You all didn’t think I’d leave you without a BETTE Midler video did you? I know it’s the wrong time of year but I can’t help myself.
Evan Birnholz’s Washington Post crossword, “States of Confusion” – Jim Q’s writeup
Much tougher than usual!
THEME: State abbreviations are “switched” in two different entries on four different rows.
- 16D [Hypothetical upload of a person’s memories into another brain … or
a three-piece hint to the substitutions in this puzzle’s third row?] MIND TRANSFER. MI and ND are “transferred” in the answers SEMIS/RANDS. The answers should be SENDS/RAMIS.
- 13D [Movement that may precede passing … or a three-piece hint to the substitutions in this puzzle’s seventh row?] LANE CHANGE. LA and NE are “changed” in the answers LASSIE/NESTS. The answers should be NESSIE/LASTS.
- 72D [Shift between dialects in conversations … or a three-piece hint to the substitutions in this puzzle’s 15th row?] CODE SWITCH. CO and DE are “switched” in the answers COBRA/DECKED. The answers should be DEBRA/COCKED.
- 61D [Plastic surgery procedure for making skin marks less noticeable … or a three-piece hint to the substitutions in this puzzle’s 19th row?] SCAR REVISION. SC and AR are “revised” in the answers SCUBA/AREN’T. The answers should be ARUBA/SCENT.
- 66A [Turned, as states on the electoral map (and in this puzzle)] FLIPPED.
Once I got through and finally interpreted those unwieldy down theme clues, I very much enjoyed this. I wasn’t about to count rows though. I figured it best if they just revealed themselves, which they did. This is the kind of theme where figuring it out helps to solve other portions of the puzzle. For instance, I figured out the COBRA/DECKED pairing, which helped me to enter CODE for CODE SWITCH, which in turn cleared up some difficulty I was having with fill. Those are my favorite types of puzzles; when there’s a synergy of sorts between the fill and the theme.
I can see how this puzzle may eat at some who are trying to figure out the “three-piece” nature of the down entries or who aren’t making the connection as to why some answers are just plain “wrong” in the grid. It’s also confusing that all but one of the switched pairs have their first letters switched. So this is probably not a puzzle that’s for everybody, and it’s sure to addle a beginner solver. The added bite in the cluing all-around seems to recognize this and embraces its difficulty in comparison with easier WaPo offerings.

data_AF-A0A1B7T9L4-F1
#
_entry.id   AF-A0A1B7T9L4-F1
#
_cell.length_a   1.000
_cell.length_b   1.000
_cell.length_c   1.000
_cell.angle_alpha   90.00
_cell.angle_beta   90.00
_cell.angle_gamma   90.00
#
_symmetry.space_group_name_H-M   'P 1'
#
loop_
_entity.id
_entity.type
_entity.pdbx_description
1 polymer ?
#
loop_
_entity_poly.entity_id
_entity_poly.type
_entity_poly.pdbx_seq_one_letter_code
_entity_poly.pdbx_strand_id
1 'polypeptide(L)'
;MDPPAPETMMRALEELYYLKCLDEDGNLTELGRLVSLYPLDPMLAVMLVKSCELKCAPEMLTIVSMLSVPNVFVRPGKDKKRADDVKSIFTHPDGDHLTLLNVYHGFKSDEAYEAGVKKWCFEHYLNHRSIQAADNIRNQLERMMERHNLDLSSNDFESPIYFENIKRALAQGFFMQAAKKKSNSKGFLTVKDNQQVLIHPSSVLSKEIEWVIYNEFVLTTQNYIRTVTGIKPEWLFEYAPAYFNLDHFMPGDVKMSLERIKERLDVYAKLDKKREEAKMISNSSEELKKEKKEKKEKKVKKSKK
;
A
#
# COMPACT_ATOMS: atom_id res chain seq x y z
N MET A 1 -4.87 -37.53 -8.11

- 19A [Opera star’s props?] BRAVO. “Props” as in “I gotta give you props for such a great rendition of that aria!”
- 39A [Flute section] STEM. The glass in which one would serve champagne. Not the instrument.
- 50A [Electronic notes?] RINGTONES. I had to accompany a choir yesterday on piano. An audience member’s ringtone horribly disrupted a beautiful piece. Don’t let that be you!
- 15D [Actress Th_r__n] UMA. Always like a fresh UMA clue!
- 41D [Leave a game room?] ESCAPE. As in ESCAPE rooms.
- 84D [One with savings accounts?] HERO. Slow clap for this clue.
- 114A [Ancient locale of Paris] TROY. Paris of Greek Mythology.
NEW TO ME:
ELLA Baker, AMINE, MANAMA, ALEC Berg, and PESACH. There was also plenty of stuff that I’d heard of but didn’t know until a couple of key letters were dropped, like 39D [Lalomanu Beach nation] SAMOA.
I’m off! Happy March!
Zhouqin Burnikel’s Universal crossword, “Neigh Sayers”—Jim Q’s review
This puzzle requires circled letters, which Universal is unable to do unless solvers come to this site and download the .puz file. Ironically enough, solvers that would know how to do that are less likely to need the circles. Newer solvers who come across this puzzle in print are missing the strong visual element and are likely faced with bizarre instructions as to which squares to pay the most attention to (I don’t know the specifics since I can’t find the Universal Sunday online).
The solution is simple: Universal should circle its letters when required like every other major publication does. But the puzzle that, per its website, “…sets the standard for all daily crosswords” does not.